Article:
8 Safe Cars Your Kid Will Want to Drive
Helping your child buy their first new car can be a terrifying experience for any parent. Budget transportation doesn't often bring to mind solid safety scores, and young people are often more interested in impressing their friends than rollover resistance.
But by the time your kids are old enough to drive, you've learned that sometimes you just have to trick them into accepting what what's best. With that in mind, we set out to find the gummy vitamins of the automotive world. The result is a list of funky, quirky and personality-laden cars that manage top scores in our safety ratings and cost $20K or less.
|Vehicle||Safety Score||Base MSRP|
It's easy to impress teenagers in a Civic. The car's profile is futuristic and its cabin is visually dominated by an instrument console some compare to a video game. But the Civic is one of the best-selling vehicles in America because of its rock-solid reliability and good fuel economy. It also achieves top crash test scores from both the federal government and Insurance Institute for Highway Safety. The Civic even offers active head restraints -- unusual at an entry-level price.
Subaru's latest small car, the Impreza, has surprising cache among teens and young adults. Aftermarket tuners make many parts to visually enhance the car, and while the high-performance WRX model is out of reach for most young buyers, its existence seems to lend an air of coolness to its low-end cousins. Parents will note that the Impreza is an Insurance Institute for Highway Safety "Top Safety Pick" -- and the least-expensive all-wheel-drive vehicle in America.
The Element has one of the most distinctive shapes on the road. It's ugly and cute all at once. Your kid's friends will probably be jealous. It's practical, too -- with the rear seats folded away to the sides it offers a huge cargo space for hauling a small apartment's worth of stuff. And you'll be reassured knowing he's driving an Insurance Institute for Highway Safety "Top Safety Pick."
Parents can look at the 2009 Pontiac Vibe and see that it scores 9.7 out of 10 in our safety ratings. It even offers traction and stability control and active head restraints -- features often reserved for more expensive cars. Kids look at the same car and see a funky kind of versatility. Part SUV, part hatchback, part small car -- the Vibe is hard to categorize, which gives it a certain appeal. Though it shares most of its parts with the Toyota Matrix, we recommend the Vibe because it comes with a more affordable price and a year of GM's Onstar service to ease parents' minds.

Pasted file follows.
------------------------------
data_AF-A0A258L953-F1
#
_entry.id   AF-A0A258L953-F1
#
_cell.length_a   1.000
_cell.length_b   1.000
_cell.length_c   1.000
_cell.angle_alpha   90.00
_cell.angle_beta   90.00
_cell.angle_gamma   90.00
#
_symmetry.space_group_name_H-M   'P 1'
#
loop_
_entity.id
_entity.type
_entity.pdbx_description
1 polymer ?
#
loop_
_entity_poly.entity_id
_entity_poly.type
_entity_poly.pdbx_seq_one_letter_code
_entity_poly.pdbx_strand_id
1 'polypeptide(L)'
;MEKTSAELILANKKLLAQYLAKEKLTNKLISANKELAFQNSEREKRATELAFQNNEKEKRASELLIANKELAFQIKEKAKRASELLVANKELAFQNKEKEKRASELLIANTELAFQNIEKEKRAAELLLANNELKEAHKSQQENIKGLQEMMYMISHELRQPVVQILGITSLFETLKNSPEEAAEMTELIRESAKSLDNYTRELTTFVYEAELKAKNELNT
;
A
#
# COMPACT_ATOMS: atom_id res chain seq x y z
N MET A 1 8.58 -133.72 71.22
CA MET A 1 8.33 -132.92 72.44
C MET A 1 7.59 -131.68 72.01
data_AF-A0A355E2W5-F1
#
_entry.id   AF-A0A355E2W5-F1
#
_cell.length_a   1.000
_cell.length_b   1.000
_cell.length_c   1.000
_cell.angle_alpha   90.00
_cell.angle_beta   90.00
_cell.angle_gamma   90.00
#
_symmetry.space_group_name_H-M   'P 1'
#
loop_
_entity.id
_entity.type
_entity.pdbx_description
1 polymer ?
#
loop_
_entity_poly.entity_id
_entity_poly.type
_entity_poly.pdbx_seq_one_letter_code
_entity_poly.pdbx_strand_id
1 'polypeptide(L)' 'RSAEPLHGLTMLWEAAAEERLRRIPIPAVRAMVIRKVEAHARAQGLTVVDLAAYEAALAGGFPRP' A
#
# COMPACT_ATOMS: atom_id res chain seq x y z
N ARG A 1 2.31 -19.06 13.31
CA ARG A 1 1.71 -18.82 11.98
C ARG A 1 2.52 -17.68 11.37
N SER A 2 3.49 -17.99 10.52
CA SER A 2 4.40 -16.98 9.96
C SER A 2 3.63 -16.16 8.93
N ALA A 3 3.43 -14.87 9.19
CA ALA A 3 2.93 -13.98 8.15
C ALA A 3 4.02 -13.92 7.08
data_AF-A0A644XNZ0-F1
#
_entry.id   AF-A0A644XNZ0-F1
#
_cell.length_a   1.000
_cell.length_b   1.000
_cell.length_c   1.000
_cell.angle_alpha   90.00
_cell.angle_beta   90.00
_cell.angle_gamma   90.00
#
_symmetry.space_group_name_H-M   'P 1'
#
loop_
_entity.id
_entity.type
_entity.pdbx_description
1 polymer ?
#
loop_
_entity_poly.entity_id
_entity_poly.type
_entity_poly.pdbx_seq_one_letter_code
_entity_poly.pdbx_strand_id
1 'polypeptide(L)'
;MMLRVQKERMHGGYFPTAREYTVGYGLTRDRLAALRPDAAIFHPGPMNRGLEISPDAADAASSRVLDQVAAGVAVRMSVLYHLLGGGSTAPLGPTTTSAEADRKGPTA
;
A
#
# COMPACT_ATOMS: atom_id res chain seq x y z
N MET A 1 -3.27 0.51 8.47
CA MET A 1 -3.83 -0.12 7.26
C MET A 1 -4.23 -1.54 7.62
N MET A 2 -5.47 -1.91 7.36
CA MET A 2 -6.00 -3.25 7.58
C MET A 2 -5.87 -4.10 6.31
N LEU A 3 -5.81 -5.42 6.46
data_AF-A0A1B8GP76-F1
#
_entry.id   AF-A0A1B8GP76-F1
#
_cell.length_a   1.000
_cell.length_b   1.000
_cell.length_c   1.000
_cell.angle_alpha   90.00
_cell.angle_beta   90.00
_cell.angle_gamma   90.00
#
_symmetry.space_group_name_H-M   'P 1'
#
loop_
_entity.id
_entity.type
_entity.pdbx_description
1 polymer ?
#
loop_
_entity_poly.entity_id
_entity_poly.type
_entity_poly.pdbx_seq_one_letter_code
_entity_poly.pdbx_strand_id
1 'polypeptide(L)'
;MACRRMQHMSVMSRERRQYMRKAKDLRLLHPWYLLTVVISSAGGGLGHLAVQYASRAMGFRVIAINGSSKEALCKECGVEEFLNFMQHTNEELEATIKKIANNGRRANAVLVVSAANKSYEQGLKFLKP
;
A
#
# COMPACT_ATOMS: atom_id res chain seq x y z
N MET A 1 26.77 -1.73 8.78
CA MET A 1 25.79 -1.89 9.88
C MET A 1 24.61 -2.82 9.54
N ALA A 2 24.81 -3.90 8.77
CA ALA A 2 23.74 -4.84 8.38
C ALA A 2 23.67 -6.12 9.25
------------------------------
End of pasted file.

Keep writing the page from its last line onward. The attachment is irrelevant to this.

At least hear the logic on this one. A low-end Mustang costs under $20,000. It earns top five-star scores in every government crash test, and you wouldn't have to talk your child into it at all. We're not suggesting you buy your teen or twenty-something a V8 engine. The base Mustang comes with a V6, and early rumors say a four-cylinder may be in the works for the 2009 model. It's not the right choice for everyone, but if you want to be parent of the century, you can buy this car and still sleep well at night. A note of caution: side airbags are optional, and we highly recommend you spring for them.
Toyota started its Scion brand in an attempt to appeal to young buyers. But Toyota sales executives are having an unusual problem this year: too many middle-age buyers are choosing Scions. They're worried about losing the brand's youthful appeal. Why does this matter? It means that these are cars, though targeted at young drivers, are so safe and practical that they actually appeal to parents. The xB is Scion's signature car -- a funky, boxy, low-to-the-ground, hard-to-categorize hatchback that packs plenty of personality. It's also an affordable small car with Toyota levels of dependability and solid crash test scores. It even offers Brake Assist for panic stops -- a unique feature in this price range.
Trucks can be part of a social strategy: young people move around a lot, and always need a friend with a truck. Why not make your kid that friend? It's an easy way to make friends who will owe a lot of favors, and junior can help with your household projects too. The safest small truck in our rankings is Toyota's Tacoma, which earned the highest possible rating in both government and insurance industry frontal crash tests.
2008 Smart ForTwo
An unusual choice? Sure. But it's probably an easy one to get your teen or young adult to embrace. Smart's tiny city car probably turns more heads than anything else on the road. In addition to setting its owners apart, the Fortwo comes with an innovative tridion safety cage that earned a top score of five stars in government crash tests despite the fact that it only takes up half a parking space. Another bonus? The Smart only holds two people, and numerous studies have shown the more people in the car, the more young drivers are at risk for having an accident. But before you buy, think about how your child will use the car. ForTwos are not highway cars and they don't hold a dorm room's worth of stuff -- so if your teen or young adult is going to be driving back and forth to college, you probably don't want them doing it in this. But if they need the ability to get around town cheaply and safely, the little Smart might be a perfect choice.